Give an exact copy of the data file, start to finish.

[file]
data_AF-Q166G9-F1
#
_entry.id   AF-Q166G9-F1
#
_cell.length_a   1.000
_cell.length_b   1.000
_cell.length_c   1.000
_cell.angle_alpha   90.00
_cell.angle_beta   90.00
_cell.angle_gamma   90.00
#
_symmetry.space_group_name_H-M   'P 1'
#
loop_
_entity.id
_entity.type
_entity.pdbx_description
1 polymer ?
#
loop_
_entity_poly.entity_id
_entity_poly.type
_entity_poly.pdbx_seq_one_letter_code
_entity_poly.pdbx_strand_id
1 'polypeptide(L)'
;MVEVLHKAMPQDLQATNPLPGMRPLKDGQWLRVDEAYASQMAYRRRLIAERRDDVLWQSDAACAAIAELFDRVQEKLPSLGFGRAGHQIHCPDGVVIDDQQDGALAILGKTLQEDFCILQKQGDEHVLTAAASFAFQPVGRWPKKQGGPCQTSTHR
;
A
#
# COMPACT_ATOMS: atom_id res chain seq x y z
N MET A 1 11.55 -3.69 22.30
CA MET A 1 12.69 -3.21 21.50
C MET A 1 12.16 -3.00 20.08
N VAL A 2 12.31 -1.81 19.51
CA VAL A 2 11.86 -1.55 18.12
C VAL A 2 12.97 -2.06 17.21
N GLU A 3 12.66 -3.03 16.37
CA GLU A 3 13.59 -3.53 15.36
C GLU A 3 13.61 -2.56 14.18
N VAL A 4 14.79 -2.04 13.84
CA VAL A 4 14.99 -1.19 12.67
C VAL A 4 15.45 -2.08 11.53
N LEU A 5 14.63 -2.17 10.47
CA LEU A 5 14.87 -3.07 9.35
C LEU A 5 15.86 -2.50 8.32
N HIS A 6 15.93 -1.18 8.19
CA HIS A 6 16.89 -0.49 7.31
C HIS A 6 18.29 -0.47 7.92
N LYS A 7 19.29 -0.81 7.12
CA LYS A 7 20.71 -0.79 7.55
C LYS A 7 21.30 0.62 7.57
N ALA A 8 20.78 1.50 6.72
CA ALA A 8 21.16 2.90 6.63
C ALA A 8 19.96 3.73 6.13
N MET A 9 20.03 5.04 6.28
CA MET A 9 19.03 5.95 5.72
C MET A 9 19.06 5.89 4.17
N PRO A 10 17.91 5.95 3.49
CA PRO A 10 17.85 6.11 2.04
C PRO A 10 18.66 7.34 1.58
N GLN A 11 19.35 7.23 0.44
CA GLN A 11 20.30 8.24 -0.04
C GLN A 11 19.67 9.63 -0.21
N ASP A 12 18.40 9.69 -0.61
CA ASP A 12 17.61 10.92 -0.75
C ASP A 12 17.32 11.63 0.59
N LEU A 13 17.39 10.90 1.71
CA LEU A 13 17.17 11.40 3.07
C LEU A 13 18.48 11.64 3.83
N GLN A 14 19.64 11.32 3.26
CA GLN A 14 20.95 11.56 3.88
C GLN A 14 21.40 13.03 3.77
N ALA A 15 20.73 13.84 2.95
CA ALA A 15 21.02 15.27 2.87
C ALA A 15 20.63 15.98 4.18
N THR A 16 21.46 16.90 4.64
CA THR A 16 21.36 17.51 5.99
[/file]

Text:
data_AF-Q166G9-F1
#
_entry.id   AF-Q166G9-F1
#
_cell.length_a   1.000
_cell.length_b   1.000
_cell.length_c   1.000
_cell.angle_alpha   90.00
_cell.angle_beta   90.00
_cell.angle_gamma   90.00
#
_symmetry.space_group_name_H-M   'P 1'
#
loop_
_entity.id
_entity.type
_entity.pdbx_description
1 polymer ?
#
loop_
_entity_poly.entity_id
_entity_poly.type
_entity_poly.pdbx_seq_one_letter_code
_entity_poly.pdbx_strand_id
1 'polypeptide(L)'
;MVEVLHKAMPQDLQATNPLPGMRPLKDGQWLRVDEAYASQMAYRRRLIAERRDDVLWQSDAACAAIAELFDRVQEKLPSLGFGRAGHQIHCPDGVVIDDQQDGALAILGKTLQEDFCILQKQGDEHVLTAAASFAFQPVGRWPKKQGGPCQTSTHR
;
A
#
# COMPACT_ATOMS: atom_id res chain seq x y z
N MET A 1 11.55 -3.69 22.30
CA MET A 1 12.69 -3.21 21.50
C MET A 1 12.16 -3.00 20.08
N VAL A 2 12.31 -1.81 19.51
CA VAL A 2 11.86 -1.55 18.12
C VAL A 2 12.97 -2.06 17.21
N GLU A 3 12.66 -3.03 16.37
CA GLU A 3 13.59 -3.53 15.36
C GLU A 3 13.61 -2.56 14.18
N VAL A 4 14.79 -2.04 13.84
CA VAL A 4 14.99 -1.19 12.67
C VAL A 4 15.45 -2.08 11.53
N LEU A 5 14.63 -2.17 10.47
CA LEU A 5 14.87 -3.07 9.35
C LEU A 5 15.86 -2.50 8.32
N HIS A 6 15.93 -1.18 8.19
CA HIS A 6 16.89 -0.49 7.31
C HIS A 6 18.29 -0.47 7.92
N LYS A 7 19.29 -0.81 7.12
CA LYS A 7 20.71 -0.79 7.55
C LYS A 7 21.30 0.62 7.57
N ALA A 8 20.78 1.50 6.72
CA ALA A 8 21.16 2.90 6.63
C ALA A 8 19.96 3.73 6.13
N MET A 9 20.03 5.04 6.28
CA MET A 9 19.03 5.95 5.72
C MET A 9 19.06 5.89 4.17
N PRO A 10 17.91 5.95 3.49
CA PRO A 10 17.85 6.11 2.04
C PRO A 10 18.66 7.34 1.58
N GLN A 11 19.35 7.23 0.44
CA GLN A 11 20.30 8.24 -0.04
C GLN A 11 19.67 9.63 -0.21
N ASP A 12 18.40 9.69 -0.61
CA ASP A 12 17.61 10.92 -0.75
C ASP A 12 17.32 11.63 0.59
N LEU A 13 17.39 10.90 1.71
CA LEU A 13 17.17 11.40 3.07
C LEU A 13 18.48 11.64 3.83
N GLN A 14 19.64 11.32 3.26
CA GLN A 14 20.95 11.56 3.88
C GLN A 14 21.40 13.03 3.77
N ALA A 15 20.73 13.84 2.95
CA ALA A 15 21.02 15.27 2.87
C ALA A 15 20.63 15.98 4.18
N THR A 16 21.46 16.90 4.64
CA THR A 16 21.36 17.51 5.99